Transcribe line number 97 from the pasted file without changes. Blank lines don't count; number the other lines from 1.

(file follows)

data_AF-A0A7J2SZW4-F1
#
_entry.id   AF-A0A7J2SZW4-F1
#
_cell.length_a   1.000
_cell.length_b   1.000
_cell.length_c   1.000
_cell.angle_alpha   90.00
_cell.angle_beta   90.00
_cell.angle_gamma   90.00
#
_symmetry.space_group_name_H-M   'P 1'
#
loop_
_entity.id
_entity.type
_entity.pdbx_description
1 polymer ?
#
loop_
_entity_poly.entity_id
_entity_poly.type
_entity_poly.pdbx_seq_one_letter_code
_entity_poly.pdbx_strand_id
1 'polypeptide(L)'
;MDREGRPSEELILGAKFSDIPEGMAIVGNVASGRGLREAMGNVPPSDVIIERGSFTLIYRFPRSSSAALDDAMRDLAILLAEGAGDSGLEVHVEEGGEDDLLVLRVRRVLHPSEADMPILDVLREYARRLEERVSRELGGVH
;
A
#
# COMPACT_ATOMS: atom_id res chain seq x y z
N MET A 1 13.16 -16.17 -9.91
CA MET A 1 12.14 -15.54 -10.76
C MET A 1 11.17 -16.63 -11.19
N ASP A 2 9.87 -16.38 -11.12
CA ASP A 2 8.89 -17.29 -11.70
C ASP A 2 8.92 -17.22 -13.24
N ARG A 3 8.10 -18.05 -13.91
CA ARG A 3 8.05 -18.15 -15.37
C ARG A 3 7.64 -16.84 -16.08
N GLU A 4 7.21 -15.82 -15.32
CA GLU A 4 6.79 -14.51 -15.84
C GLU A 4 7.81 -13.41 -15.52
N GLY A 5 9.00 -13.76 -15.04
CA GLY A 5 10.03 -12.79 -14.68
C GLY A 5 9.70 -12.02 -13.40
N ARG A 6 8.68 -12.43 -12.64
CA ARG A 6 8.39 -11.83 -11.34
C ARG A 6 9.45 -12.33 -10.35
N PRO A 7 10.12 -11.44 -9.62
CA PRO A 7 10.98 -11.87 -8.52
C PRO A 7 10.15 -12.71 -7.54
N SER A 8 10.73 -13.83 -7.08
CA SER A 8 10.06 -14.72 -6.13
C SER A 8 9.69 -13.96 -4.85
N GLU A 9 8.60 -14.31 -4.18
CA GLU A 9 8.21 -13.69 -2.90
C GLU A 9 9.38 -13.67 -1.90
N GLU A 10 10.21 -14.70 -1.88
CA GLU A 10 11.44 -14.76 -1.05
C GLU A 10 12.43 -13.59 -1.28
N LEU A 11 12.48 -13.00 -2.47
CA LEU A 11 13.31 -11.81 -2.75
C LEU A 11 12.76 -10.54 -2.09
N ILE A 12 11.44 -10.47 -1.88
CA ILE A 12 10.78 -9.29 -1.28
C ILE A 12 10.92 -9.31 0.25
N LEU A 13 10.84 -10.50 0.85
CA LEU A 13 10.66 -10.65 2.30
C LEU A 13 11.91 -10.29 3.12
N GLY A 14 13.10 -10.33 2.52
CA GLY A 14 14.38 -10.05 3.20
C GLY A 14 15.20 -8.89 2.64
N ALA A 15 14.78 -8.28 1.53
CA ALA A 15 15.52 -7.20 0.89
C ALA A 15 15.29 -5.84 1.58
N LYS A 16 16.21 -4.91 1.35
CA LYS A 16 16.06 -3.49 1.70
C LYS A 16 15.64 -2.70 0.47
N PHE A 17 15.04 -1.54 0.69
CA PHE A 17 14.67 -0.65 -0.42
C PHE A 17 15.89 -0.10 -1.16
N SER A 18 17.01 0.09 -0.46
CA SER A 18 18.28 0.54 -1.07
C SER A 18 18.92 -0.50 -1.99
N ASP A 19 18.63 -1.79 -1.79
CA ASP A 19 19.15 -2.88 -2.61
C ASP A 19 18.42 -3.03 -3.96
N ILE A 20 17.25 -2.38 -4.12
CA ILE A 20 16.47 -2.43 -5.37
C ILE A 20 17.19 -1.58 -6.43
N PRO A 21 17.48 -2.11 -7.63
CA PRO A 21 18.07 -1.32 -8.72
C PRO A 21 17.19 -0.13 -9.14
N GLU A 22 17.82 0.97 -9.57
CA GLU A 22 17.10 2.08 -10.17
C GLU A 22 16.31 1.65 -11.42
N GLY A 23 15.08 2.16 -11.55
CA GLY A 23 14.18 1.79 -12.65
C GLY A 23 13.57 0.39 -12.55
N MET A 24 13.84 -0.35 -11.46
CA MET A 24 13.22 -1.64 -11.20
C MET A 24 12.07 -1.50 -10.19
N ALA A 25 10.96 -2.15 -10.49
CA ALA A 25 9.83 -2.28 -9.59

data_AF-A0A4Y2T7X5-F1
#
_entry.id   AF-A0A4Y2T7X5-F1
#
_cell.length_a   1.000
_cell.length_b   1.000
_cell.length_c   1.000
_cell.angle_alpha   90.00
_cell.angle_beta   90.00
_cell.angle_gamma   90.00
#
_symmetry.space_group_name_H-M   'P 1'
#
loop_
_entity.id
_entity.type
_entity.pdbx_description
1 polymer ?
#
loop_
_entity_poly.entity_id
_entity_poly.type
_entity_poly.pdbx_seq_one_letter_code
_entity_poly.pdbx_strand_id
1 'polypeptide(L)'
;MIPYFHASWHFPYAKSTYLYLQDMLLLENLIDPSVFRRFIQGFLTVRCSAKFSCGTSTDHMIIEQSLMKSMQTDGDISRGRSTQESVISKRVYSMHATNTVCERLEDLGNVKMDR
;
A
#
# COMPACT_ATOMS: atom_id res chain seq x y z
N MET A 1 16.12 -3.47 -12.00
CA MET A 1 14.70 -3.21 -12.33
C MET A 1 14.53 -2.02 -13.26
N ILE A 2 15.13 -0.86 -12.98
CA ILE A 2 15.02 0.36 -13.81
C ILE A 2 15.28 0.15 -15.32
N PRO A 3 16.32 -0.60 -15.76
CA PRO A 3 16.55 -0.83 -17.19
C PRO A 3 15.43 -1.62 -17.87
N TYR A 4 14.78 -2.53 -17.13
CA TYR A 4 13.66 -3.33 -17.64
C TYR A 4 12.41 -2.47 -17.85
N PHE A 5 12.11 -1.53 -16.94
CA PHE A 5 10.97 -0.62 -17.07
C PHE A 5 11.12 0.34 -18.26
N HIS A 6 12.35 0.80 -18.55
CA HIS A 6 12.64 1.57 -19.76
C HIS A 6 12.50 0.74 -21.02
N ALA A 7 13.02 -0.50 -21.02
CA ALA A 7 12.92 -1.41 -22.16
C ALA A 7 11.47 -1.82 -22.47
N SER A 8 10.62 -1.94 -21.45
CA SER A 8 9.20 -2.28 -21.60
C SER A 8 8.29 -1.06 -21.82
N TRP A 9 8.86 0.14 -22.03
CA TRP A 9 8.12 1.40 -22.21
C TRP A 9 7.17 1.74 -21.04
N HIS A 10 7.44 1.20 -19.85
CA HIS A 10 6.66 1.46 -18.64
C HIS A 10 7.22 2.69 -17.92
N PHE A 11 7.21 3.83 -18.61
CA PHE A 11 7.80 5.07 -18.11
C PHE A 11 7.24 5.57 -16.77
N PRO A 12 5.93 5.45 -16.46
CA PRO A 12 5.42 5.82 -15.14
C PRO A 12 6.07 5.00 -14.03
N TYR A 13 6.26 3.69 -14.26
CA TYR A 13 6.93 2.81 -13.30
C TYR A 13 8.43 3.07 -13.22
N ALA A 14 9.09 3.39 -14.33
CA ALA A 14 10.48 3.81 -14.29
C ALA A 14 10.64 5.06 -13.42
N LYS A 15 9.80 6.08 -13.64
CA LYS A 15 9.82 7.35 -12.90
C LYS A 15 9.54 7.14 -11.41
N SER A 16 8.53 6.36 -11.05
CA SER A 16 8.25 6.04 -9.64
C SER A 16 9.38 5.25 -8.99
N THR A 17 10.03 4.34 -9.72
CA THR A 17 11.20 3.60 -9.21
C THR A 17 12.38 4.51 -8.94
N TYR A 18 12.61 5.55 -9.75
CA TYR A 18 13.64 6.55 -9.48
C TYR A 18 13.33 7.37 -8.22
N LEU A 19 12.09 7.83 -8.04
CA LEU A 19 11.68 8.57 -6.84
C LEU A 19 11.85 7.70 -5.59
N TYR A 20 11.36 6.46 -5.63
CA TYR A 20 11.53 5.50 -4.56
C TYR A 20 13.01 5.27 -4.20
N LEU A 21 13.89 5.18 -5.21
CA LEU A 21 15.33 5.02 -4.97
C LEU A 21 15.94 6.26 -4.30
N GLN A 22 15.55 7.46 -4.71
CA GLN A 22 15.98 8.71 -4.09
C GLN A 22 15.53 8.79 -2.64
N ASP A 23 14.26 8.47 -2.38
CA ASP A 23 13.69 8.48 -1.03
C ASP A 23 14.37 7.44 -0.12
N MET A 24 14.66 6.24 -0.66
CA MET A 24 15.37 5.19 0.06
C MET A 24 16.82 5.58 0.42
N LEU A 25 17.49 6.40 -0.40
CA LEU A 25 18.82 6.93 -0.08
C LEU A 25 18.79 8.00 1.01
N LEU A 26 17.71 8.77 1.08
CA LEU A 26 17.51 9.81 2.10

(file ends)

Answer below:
N GLY A 23 15.08 2.16 -11.55